U.S. Supreme Court The Hart, 70 U.S. 3 Wall. 559 559 (1865)
70 U.S. (3 Wall.) 559
APPEAL FROM A DECREE OF THE DISTRICT COURT OF THE
UNITED STATES FOR THE SOUTHERN DISTRICT OF NEW YORK
Neutrals who place their vessels under belligerent control and engage them in belligerent trade or permit them to be sent with contraband cargoes, under cover of false destination, to neutral ports while the real destination is to belligerent ports impress upon them the character of the belligerent in whose service they are employed, and the vessels may be seized and condemned as enemy property.
The present case came here by appeal from a decree of the District Court of the United States for the Southern District of New York, a decree condemning the schooner Hart and her cargo as lawful prize of war. The vessel was claimed below by one Harris, the cargo by Samuel Isaacs.
The whole cargo consisted of arms and munitions of war, taken on board, principally at London, under the direction of agents of the rebel government, with consent by the owner or owners of the schooner, to the intended fraud on belligerent rights. The nominal destination of the vessel and cargo was Cardenas, but the preparatory proofs clearly established that this pretended destination was false and that the entire lading was to be there transshipped, to be conveyed by a swifter vessel, or was to be carried on without transshipment to its belligerent destination, at the discretion of the rebel agent, whose instructions the master was directed to receive and obey on arrival at Cardenas.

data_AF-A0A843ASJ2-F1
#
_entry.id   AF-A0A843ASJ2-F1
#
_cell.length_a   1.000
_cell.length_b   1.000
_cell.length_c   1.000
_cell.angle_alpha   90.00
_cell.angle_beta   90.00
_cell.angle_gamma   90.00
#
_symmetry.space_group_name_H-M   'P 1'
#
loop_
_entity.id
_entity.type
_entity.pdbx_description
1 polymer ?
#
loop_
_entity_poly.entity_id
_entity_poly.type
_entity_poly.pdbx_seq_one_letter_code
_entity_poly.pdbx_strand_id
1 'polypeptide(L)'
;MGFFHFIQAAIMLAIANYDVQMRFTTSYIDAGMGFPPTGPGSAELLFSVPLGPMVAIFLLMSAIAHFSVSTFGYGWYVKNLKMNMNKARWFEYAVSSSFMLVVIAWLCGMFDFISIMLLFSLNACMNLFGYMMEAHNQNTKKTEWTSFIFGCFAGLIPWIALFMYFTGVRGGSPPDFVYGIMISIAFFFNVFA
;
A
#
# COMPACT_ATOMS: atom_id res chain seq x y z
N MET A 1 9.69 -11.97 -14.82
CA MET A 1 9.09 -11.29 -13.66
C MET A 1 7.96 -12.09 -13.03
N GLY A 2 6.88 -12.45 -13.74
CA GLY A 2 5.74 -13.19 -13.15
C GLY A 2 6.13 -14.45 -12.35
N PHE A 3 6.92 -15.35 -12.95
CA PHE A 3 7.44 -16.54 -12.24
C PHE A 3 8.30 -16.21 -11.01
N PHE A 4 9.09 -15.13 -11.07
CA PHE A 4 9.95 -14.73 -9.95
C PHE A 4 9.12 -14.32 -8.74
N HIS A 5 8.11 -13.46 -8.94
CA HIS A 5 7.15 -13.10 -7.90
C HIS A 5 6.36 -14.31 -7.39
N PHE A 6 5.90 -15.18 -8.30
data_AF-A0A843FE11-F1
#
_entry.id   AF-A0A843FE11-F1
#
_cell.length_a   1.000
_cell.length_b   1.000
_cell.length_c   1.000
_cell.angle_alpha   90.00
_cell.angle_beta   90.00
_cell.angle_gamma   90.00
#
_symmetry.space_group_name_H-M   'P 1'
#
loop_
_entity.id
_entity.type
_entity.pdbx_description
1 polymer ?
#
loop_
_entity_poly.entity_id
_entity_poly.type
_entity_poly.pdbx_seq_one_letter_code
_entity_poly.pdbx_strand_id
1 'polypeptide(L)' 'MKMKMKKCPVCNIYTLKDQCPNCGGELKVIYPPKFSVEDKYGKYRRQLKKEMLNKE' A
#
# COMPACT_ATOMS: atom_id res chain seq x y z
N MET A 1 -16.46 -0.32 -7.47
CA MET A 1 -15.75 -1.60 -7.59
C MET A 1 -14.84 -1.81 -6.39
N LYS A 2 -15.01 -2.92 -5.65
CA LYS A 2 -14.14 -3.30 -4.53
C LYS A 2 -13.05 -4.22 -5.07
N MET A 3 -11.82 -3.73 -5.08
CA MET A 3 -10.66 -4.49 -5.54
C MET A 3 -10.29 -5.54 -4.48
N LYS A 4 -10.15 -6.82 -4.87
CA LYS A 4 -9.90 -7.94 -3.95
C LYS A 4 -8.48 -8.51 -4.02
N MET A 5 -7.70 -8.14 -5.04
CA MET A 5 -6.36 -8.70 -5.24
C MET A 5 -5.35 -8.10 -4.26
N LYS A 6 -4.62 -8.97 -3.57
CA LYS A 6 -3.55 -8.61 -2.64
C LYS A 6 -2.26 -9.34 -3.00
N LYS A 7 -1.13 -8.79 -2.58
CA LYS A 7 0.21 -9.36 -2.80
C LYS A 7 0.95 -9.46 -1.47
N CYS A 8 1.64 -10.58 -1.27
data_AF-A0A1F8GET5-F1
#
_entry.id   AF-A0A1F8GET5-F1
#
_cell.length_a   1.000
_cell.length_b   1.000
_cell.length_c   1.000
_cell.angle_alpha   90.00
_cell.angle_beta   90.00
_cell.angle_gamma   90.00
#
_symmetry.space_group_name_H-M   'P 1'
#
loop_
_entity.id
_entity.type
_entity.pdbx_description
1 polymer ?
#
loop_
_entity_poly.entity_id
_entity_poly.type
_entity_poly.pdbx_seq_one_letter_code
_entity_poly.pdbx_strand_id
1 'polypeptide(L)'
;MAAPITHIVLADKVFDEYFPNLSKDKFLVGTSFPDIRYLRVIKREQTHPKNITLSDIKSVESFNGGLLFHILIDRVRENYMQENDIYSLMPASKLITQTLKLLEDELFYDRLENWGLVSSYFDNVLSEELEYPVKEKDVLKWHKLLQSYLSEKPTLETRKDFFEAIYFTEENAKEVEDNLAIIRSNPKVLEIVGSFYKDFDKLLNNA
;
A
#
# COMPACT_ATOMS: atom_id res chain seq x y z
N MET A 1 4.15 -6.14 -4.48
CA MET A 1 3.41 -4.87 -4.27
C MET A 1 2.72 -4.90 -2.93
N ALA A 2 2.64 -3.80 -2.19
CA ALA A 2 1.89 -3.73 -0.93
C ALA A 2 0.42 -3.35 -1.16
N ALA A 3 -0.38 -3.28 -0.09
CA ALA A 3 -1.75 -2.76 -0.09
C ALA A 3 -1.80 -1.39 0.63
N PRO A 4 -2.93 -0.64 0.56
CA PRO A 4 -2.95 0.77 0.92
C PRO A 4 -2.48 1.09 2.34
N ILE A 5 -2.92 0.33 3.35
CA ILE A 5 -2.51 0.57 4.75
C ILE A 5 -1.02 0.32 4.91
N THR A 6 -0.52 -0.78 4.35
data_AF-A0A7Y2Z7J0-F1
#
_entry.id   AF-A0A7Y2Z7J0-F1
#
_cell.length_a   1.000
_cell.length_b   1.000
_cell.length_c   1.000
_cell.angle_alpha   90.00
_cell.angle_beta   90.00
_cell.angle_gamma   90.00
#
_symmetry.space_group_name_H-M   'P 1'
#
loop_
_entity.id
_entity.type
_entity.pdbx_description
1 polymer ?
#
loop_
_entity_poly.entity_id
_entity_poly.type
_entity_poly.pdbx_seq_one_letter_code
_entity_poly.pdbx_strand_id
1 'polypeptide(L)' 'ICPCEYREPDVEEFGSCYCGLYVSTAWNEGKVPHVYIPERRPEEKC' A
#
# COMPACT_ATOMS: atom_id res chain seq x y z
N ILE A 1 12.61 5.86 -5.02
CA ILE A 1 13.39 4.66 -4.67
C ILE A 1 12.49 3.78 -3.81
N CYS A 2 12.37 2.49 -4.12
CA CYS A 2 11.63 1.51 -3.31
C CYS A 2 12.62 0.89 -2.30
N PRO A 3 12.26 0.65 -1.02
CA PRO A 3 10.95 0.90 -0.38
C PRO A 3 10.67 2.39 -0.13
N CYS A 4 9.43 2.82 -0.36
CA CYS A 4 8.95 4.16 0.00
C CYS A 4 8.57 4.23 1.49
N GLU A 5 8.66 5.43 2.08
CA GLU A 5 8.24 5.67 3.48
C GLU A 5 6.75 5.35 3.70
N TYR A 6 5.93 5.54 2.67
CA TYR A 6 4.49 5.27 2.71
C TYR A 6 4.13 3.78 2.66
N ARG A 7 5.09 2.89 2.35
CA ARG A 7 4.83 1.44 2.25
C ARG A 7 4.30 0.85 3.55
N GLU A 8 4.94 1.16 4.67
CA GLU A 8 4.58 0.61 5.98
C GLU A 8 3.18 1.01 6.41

THE CHIEF JUSTICE:
The case in its principal features resembles that of the Bermuda and her cargo; they are perhaps even more irreconcilable with neutral good faith.
It is enough to say that neutrals who place their vessels under belligerent control and engage them in belligerent trade or permit them to be sent with contraband cargoes under cover of false destination to neutral ports, while the real destination is to belligerent ports, impress upon them the character of the belligerent in whose service they are employed, and cannot complain if they are seized and condemned as enemy property.
The principles recognized in the preceding case require the affirmance of the decree of the district court. and it is